His lecture was enthusiastically applauded, and there were several questions and comments from members of the audience. Consequently, even after John Nightingale drew the event to a close by giving a vote of thanks, more people came down to talk to Carl and to offer other examples from their local knowledge of east Kent.
My second event this week is Professor Ellen Swift’s (University of Kent) lecture on her recently completed AHRC-funded project on recreating the sounds of Roman Egypt using experimental archaeology. Her team drew on the small musical instruments in the Petrie Museum in London because Ellen wanted to explore music through objects instead of the more usual method of looking at illustrations and texts. She was keen to see if they could answer questions such as what did these instruments sound like? Who may have listened to them; where and how may they have been played? To gain a better idea of the instruments, the team used a system of 3D scanning and then the making of replicas. This was a great start, but to really understand them as musical instruments the project team wanted to use authentic materials, which involved different methods of craft reconstruction. For the brass instruments, depending on their form, they were either cast or forged, the former using the lost wax modelling technique, the latter the metal hammered using the team’s measurements. These instruments were made by Justin Richardson, a brilliant Canterbury goldsmith.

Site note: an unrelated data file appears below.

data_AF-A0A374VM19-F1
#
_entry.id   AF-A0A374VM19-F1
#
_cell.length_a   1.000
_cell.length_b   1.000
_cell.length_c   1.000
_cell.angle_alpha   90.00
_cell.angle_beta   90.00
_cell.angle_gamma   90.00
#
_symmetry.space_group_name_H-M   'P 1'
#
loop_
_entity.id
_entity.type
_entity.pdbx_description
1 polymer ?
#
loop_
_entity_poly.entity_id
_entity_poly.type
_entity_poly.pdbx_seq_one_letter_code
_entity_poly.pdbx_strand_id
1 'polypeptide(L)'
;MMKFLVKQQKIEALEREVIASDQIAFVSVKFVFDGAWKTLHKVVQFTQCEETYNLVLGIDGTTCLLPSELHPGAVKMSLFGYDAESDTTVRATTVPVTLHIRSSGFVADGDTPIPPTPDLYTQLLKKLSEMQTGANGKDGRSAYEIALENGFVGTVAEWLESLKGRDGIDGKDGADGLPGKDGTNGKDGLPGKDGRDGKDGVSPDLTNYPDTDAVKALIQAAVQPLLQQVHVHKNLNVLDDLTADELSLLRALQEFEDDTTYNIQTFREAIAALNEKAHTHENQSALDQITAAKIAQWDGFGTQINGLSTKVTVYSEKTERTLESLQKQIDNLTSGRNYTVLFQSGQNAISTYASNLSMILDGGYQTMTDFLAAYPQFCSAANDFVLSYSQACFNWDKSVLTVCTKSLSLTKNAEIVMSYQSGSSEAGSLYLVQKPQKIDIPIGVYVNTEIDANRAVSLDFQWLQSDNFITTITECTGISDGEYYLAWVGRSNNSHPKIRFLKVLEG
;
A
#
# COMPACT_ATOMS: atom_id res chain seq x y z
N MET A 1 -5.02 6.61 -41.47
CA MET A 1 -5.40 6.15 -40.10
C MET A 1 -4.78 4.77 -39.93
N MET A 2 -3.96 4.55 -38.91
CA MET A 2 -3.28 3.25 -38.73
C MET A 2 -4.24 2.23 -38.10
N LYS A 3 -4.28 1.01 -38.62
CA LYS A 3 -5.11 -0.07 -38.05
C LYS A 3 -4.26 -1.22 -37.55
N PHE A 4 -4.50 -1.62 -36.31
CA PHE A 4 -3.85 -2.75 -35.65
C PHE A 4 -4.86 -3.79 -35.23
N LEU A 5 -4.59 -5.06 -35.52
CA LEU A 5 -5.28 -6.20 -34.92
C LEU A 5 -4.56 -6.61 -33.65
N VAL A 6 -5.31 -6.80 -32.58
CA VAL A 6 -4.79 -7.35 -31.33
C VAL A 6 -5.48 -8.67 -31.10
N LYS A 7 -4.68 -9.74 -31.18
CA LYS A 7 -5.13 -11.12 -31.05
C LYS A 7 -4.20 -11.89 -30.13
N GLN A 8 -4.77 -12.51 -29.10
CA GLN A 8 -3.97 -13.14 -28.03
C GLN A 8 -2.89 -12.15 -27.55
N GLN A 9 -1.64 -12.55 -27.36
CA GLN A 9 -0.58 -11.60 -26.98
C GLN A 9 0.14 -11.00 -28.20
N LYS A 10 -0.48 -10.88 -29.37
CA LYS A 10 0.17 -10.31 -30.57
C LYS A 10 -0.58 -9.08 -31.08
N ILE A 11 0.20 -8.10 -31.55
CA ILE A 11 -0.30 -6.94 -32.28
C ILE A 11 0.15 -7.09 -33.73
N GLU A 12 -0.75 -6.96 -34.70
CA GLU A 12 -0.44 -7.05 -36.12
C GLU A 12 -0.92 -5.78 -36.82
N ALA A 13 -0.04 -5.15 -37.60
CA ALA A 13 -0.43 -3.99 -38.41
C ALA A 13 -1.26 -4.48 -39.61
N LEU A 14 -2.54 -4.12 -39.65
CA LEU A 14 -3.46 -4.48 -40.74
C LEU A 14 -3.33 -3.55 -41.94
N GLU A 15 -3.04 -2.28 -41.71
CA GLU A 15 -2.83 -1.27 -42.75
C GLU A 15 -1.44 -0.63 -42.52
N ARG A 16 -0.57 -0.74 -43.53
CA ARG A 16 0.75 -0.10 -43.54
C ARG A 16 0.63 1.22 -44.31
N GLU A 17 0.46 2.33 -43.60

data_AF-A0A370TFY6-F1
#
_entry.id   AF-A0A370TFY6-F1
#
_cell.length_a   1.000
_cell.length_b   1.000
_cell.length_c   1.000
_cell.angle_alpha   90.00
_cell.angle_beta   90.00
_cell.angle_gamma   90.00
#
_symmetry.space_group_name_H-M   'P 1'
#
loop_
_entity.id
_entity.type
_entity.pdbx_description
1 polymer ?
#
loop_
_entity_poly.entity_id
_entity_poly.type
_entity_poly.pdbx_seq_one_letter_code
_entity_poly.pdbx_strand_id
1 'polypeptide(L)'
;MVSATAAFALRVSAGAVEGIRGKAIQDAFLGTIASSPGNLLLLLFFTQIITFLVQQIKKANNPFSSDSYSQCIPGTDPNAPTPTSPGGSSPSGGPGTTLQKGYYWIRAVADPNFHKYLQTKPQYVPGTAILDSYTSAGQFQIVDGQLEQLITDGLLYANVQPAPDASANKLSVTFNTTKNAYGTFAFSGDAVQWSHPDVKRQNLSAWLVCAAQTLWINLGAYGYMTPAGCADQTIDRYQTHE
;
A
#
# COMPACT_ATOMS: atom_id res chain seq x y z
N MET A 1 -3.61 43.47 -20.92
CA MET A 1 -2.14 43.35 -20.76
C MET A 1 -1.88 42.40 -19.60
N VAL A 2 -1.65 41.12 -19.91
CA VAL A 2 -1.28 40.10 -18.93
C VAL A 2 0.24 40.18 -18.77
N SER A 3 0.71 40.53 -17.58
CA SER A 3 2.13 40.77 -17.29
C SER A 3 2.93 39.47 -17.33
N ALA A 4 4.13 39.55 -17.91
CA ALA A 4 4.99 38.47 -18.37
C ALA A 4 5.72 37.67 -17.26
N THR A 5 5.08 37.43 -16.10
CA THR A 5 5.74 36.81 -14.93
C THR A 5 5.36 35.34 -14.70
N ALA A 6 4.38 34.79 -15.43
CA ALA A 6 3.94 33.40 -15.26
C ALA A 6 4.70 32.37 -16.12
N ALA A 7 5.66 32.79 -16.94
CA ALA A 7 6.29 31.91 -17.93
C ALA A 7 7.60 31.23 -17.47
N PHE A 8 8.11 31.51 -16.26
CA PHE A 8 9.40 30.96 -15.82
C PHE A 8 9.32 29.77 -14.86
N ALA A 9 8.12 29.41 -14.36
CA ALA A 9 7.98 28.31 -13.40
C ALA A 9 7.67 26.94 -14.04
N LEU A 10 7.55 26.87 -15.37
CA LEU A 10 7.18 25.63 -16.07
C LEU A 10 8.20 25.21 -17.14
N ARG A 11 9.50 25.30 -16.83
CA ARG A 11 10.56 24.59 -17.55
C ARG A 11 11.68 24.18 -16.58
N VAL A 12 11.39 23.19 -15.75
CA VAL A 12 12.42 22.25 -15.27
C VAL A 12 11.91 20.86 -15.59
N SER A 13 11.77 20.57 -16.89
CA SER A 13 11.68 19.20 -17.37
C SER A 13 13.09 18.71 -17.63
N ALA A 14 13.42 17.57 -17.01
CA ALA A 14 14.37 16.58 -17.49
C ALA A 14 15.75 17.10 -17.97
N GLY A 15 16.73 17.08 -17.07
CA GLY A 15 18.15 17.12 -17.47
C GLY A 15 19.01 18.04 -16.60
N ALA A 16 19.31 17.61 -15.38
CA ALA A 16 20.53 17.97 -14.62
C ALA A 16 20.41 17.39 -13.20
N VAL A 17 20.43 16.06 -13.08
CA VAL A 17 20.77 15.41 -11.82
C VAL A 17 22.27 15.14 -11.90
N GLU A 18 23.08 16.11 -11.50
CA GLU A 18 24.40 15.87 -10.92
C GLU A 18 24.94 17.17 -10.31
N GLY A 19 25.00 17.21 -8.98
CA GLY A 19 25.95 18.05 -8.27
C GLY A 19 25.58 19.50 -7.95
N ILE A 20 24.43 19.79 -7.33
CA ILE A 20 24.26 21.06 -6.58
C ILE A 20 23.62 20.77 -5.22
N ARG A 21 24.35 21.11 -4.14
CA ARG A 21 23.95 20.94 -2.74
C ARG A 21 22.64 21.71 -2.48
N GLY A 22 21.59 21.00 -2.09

The wooden, ceramic and reed instruments posed other challenges, but again using 3D lasers and a wood router it is possible to very accurately cut out an instrument, albeit some woods are more prone to catch fire. The ceramic rattles required some alterations in that clay shrinks when fired, which meant the model had to be proportionally bigger when first made, but there was still the problem of having to guessimate the thickness of the original instrument. Equally, it was fortunate that during the research period one of the pellets in the original rattle fell out, a team member quickly taking a photo of it. The pan pipes should have been made of reed, but this proved difficult and bamboo was used instead. Thus, not all the materials were authentic, but the team got as close as they could!
Having constructed a collection of 20 objects, the next stage was to test them. This involved finding illustrations showing them in use, such as a 3rd– century mosaic where female musicians are seen playing finger cymbals, and locating the very few representations of music, including textual fragments and the words and music of a song on a tomb stone. The team also wanted to test the music in terms of soundscapes, and at Medway as part of the university Ellen was able to employ the sound studio. As a result, during her presentation Ellen was able to play sound recordings to her audience.
Yet possibly even more exciting for audience members was the chance to handle and play some of the replicas, and the rattle, cymbals and pan pipes were all a big hit. Indeed, so much so that people became engrossed in the instruments rather than asking questions. Nevertheless, all agreed that it had been an exciting and fascinating presentation and Ellen was warmly thanked by all, including several CCCU archaeology students.